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Altering Play Spaces (paper 6)

Sydney's picture

Sydney Huff

October 11, 2014

ESem Paper #6

Altering Play Spaces

Children’s play environments are now being made safer. Emily has experienced the evolution of her childhood playground that has been modified to accommodate the safety of children, but the changes ignore the children's need for fun. Realizing this, it is important to discern whether or not play spaces should be altered by adults. There are numerous opinions on what exactly play is, so it is important to take into account the opinions and experiences of different play theorists. By doing this, Emily’s proposal that children should not be too coddled in their play spaces may help to support play theorists' ideas of what play is or is not.

Emily’s idea that we should consider the consequences of coddling children seems reasonable. If scientists in the New York Times article were discovering evidence that suggested that play is important for skillbuilding, then it might be foolish to be overly protective of children during their play. One scientist, Bekoff, stated that he thinks of play as "unexpected. Behavioral flexibility and variability is adaptive; in animals it’s really important to be able to change your behavior in a changing environment (“Taking Play Seriously” 7).’’ If children do not have an environment which presents challenges, then how will they learn to adapt? Through Bekoff's research, it becomes apparent that there is a very large possibility that play is necessary for skill building. If children do not learn to cope with falling down or injuring themselves while playing, then it will be difficult for them to know how to cope with similar difficulties as adults.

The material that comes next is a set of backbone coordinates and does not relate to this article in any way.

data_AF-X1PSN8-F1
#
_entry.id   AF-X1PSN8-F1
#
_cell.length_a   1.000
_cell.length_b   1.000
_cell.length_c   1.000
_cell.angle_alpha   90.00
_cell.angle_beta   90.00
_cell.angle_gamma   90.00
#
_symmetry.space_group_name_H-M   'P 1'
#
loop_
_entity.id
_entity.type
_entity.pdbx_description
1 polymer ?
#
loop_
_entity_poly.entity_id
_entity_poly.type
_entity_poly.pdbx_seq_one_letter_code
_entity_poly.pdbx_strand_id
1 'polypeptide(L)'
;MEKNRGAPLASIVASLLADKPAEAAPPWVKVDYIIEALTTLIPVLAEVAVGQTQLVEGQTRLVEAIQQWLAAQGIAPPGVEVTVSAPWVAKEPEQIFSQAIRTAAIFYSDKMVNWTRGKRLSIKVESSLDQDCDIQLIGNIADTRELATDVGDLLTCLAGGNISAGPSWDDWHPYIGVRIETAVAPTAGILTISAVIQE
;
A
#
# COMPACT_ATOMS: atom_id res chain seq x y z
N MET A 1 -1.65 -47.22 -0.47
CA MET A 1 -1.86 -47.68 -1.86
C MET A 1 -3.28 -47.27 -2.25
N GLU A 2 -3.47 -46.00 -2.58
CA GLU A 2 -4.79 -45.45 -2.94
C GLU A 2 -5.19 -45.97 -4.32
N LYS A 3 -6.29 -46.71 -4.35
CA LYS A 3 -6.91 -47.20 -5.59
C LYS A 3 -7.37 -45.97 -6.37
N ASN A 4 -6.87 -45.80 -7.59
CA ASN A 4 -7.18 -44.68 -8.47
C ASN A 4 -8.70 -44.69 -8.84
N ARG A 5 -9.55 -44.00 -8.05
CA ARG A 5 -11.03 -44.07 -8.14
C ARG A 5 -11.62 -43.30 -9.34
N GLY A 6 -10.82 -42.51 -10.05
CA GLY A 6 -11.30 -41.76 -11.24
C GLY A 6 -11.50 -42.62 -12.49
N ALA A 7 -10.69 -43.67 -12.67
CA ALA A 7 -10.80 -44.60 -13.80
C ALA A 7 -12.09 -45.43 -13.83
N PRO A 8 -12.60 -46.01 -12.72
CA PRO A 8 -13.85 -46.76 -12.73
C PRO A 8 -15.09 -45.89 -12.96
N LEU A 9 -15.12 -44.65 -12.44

Although Bekoff and other scientists may agree with Emily’s notions, not all play theorists would. In “Ravens and Play”, Debbie desired to feed the wild coyotes. Similar to Debbie, the parents who Emily is referencing, often neglect to look towards their child’s future. Although it would be great to save children from the embarrassment of falling on concrete during a game of tag, providing too much protection will not help to give them more experiences in life. Emily proposes that kids need to learn to deal with experiencing pain. This regard for the future would be difficult for Debbie to accept, as she was mesmerized by the presence of the coyotes. She felt pulled toward them, and emotional connection to the present suffering of the coyotes would not let her give regard to the negative consequences for future of the coyotes and the animals that live in their habitat (“Ravens at Play”). Parents probably experience a similar emotional drive to protect their children. However, Emily thinks thinks that this behavior is negligent and would harm the children in the long run.

It was another member of Debbie’s team that prevented her from feeding the coyotes. This member, Stuart, explained to Debbie that her actions "would be horribly irresponsible, and that there would be nothing generous in the gift in the long term (Ravens at Play 327)." Although Stuart's language sounds convincing,  he does not provide substantial evidence to support this claim. In addition, many scientists believe that play is useless. They assert that play does not help to develop the brain and that children who don't spend much time playing still develop skills necessary for life (“Taking Play Seriously”). Keeping this in mind, then it may be true that children do not need experiences of pain, be it physical or emotional, while playing. Parents might be doing a good thing by creating safe play environments.